Many climbs have earned their place in cycling folklore across the years. Some have gained their notoriety due to the misfortune of those attempting to conquer them, others due to the scenes of triumph and glory painted by some of the sport's most iconic figures. When you think of Ventoux you think of the late Tom Simpson, the Marmolada in the Giro d’Italia is a climb closely associated with Marco Pantani. Most monoliths of the Dolomites, Alps or Pyrenees are intertwined with an iconic story from a bike race.
La Super Planche des Belles Filles is just one of those climbs. Buried deep in the Vosges Mountains within eastern France, the mountain has played host to some of the most dramatic moments in recent memory at the Tour de France. In 2012 Chris Froome displayed the signs of what was to come in his career as he famously left the winner that year, Bradley Wiggins, behind in pursuit of a memorable stage win.
Eight years later, the climb would become synonymous with the suffering inflicted on Primož Roglič by an almighty Tadej Pogačar. That infamous day at the 2020 Tour de France was one of those sporting moments that reminds you just why you fell in love with the race. Dramatic, edge of the seat viewing that will be remembered for years to come. Each turn of Pogačar's pedals that fateful afternoon twisted the knife in Roglič's torment. A day full of glorious memories for the defending champion and one that turned the Tour de France on its head.
The climb itself is a beast of a mountain. By the time the riders reach the summit, they will have climbed more than 1,035 metres from Plancher Les Mines, averaging at a leg-sapping 8.5% gradient. Although the torture inflicted on sore and aching muscles will not end there. On Friday the finish line will be at the end of a short gravel section previously used in the Tour which rockets up to 24%. A gradient that would generate a shudder in even the most fearless of climbers.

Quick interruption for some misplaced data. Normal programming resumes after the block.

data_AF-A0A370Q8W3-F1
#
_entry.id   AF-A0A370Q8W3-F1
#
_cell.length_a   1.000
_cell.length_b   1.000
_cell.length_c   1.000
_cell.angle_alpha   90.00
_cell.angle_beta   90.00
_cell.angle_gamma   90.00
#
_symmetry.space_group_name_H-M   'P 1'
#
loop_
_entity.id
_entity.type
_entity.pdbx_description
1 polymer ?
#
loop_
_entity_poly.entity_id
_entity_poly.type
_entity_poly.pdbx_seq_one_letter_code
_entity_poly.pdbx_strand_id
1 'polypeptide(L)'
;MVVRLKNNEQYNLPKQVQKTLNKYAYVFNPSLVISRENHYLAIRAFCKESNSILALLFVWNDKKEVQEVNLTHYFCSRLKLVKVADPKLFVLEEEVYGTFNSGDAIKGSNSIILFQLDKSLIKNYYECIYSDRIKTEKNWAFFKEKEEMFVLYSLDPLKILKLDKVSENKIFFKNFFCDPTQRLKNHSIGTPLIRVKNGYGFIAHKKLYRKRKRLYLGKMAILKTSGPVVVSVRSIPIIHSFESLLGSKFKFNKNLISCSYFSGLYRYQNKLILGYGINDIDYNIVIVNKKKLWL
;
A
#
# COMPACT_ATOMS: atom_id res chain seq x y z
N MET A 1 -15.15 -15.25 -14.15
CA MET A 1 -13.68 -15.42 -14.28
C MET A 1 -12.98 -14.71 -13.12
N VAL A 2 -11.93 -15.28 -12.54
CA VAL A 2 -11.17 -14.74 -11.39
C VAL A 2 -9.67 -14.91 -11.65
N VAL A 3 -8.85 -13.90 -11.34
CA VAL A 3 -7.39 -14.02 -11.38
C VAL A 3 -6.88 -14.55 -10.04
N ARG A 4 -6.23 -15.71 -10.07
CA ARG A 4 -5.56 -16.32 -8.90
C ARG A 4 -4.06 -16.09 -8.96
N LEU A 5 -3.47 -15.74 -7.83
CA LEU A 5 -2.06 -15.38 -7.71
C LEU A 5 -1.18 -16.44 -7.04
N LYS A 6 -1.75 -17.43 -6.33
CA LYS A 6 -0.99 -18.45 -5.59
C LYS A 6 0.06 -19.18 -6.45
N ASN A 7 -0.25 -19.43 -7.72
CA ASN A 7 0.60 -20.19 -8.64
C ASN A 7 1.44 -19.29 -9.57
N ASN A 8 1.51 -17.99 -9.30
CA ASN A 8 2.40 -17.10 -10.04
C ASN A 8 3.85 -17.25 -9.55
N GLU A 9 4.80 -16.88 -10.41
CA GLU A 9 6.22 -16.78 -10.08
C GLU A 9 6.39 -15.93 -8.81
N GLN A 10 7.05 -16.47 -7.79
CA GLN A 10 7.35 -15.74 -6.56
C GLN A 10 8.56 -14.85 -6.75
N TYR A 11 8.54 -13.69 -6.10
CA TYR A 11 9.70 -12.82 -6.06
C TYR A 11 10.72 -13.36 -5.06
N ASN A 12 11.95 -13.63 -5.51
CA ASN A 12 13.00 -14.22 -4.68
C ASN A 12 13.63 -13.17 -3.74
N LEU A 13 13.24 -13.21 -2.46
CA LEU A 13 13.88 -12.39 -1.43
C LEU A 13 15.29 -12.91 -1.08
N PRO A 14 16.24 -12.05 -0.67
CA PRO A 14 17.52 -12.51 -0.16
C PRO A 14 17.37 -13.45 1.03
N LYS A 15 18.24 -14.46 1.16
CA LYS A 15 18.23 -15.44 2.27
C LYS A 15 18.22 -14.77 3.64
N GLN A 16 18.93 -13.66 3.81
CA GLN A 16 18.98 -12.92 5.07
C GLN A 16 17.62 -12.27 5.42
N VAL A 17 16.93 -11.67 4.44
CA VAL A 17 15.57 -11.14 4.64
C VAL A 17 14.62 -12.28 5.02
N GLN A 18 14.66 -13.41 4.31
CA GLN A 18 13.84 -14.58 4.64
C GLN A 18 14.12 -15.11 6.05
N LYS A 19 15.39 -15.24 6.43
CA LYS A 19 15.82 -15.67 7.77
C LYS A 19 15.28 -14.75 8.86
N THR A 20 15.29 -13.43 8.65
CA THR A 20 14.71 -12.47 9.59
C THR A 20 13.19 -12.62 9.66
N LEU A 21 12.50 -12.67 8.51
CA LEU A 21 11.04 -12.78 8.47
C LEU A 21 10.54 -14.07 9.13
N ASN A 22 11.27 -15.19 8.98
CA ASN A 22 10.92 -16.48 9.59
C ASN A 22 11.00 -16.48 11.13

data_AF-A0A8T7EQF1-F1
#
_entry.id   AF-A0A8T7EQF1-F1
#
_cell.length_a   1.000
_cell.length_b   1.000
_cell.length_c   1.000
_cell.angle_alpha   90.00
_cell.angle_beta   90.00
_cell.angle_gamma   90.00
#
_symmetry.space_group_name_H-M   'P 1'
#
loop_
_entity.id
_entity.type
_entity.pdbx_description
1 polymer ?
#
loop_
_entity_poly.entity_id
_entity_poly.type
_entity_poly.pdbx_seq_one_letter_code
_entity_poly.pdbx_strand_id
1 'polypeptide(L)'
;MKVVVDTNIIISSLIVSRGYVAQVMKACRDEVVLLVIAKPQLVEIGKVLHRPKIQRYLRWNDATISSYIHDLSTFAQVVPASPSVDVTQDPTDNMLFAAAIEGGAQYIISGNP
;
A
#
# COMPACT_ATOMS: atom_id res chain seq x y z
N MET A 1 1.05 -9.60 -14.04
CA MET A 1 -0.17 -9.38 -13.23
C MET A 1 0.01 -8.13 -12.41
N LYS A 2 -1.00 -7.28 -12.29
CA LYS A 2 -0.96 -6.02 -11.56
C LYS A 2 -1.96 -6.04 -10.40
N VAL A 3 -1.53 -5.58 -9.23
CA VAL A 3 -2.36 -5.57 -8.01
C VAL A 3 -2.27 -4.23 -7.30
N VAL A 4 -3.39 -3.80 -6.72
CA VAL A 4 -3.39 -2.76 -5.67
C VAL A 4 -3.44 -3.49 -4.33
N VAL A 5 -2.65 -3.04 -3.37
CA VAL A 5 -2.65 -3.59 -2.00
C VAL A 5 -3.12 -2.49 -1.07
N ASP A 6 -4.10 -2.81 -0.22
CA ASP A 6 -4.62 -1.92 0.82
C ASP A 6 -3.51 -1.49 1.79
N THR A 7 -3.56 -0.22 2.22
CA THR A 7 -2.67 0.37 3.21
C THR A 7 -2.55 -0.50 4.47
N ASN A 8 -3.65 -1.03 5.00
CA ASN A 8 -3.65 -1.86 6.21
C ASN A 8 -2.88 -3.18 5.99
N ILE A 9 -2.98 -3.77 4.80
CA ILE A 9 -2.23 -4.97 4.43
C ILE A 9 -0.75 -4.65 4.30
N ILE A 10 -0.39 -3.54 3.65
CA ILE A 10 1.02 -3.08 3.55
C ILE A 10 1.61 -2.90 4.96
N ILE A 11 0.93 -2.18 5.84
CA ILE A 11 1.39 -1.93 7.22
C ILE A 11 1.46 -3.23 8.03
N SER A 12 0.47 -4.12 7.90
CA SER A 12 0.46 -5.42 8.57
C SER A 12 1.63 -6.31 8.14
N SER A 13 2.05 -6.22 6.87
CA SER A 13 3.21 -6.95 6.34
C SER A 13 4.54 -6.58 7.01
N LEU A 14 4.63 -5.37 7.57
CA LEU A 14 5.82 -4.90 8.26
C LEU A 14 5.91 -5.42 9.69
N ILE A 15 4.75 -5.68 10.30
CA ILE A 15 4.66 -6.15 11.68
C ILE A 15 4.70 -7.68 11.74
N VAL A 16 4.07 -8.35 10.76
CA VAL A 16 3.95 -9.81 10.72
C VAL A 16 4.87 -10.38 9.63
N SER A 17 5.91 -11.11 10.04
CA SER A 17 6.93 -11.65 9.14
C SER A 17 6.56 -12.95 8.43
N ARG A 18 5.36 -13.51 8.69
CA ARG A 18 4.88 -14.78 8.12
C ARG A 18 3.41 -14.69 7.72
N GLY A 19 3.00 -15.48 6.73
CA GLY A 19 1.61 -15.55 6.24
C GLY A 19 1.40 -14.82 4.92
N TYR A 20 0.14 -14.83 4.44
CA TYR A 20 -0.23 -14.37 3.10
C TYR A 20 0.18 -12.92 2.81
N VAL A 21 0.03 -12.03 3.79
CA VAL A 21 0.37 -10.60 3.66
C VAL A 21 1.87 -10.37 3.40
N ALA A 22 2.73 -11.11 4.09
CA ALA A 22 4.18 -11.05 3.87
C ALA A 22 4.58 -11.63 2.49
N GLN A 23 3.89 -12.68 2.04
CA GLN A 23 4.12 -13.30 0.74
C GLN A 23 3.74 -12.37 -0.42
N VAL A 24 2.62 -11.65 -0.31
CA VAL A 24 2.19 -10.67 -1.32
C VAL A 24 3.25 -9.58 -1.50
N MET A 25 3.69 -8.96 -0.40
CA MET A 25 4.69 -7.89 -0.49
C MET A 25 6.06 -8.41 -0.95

After winning a dramatic stage in 2019 that finished on the mountain gravel, Dylan Teuns (Bahrain Victorious) is a man who knows how difficult the climb is. Teuns told Cycling Weekly that the addition of the gravel section makes it that more challenging.
The Belgian rider said: “It was my first win in the Tour and will always be a special one. It’s a hard climb and then they added the gravel section in. It was the first time they had done that when I won and it made it super special. The gravel section for sure makes it even more difficult, the steepest part is just there at the end.”
Riders who can tackle the short, sharp hills are unlikely to make it to the summit with the favourites, which means we’re likely to potentially see a new polka-dot jersey wearer at the end of the day. Magnus Cort Nielsen (EF-Education EasyPost) took the Polka-Dot jersey over the course of the opening weekend and has held it valiantly all week. Although by the time Saturday morning dawns, it may well have been removed from his shoulders as the Danes time is up.
‘Plank of the Beautiful Women’ as it’s otherwise known, requires a different breed of bike rider. It requires those riders that possess an ability to go so far into the red that nobody else can follow. That’s meant as no disrespect to Cort Nielsen. He will well know that it’s not a climb for him. It’s where those hoping to not allow Pogačar to canter away to overall glory will need to come into their own.
Ineos Grenadiers's pair, Adam Yates and Geraint Thomas, are two of those riders. As is Jonas Vingegaard (Jumbo-Visma). However the main character who has a score to settle here is Primož Roglič.
In a heavy crash on Wednesdays cobbled stage, Roglic dislocated his shoulder before then putting it back into place himself. Most mere mortals would have packed it up there and then, however Roglič has been there before. He is a purebred warrior who knows exactly how to suffer and still come out fighting. Moments before Tadej Pogačar stormed to victory on stage six, Roglič put in a trademark attack looking to fight back with a stage win and to show he’s not out yet.
In 2022, ‘La Planche’ will have a key role to play in two races. On July 31 it plays host to the final stage of the inaugural Tour de France Femmes, and could well be the theatre for a huge final battle between the race leaders.
Featuring at the end of the first week this year in the Tour de France, it may be too early for ‘La Planche’ to play a decisive role like it did so stunningly two years ago. However, once the gravel of the final few meters arrives Primož Roglič will be more than ready to put his demons to bed and show he’s up for the fight all the way to Paris.
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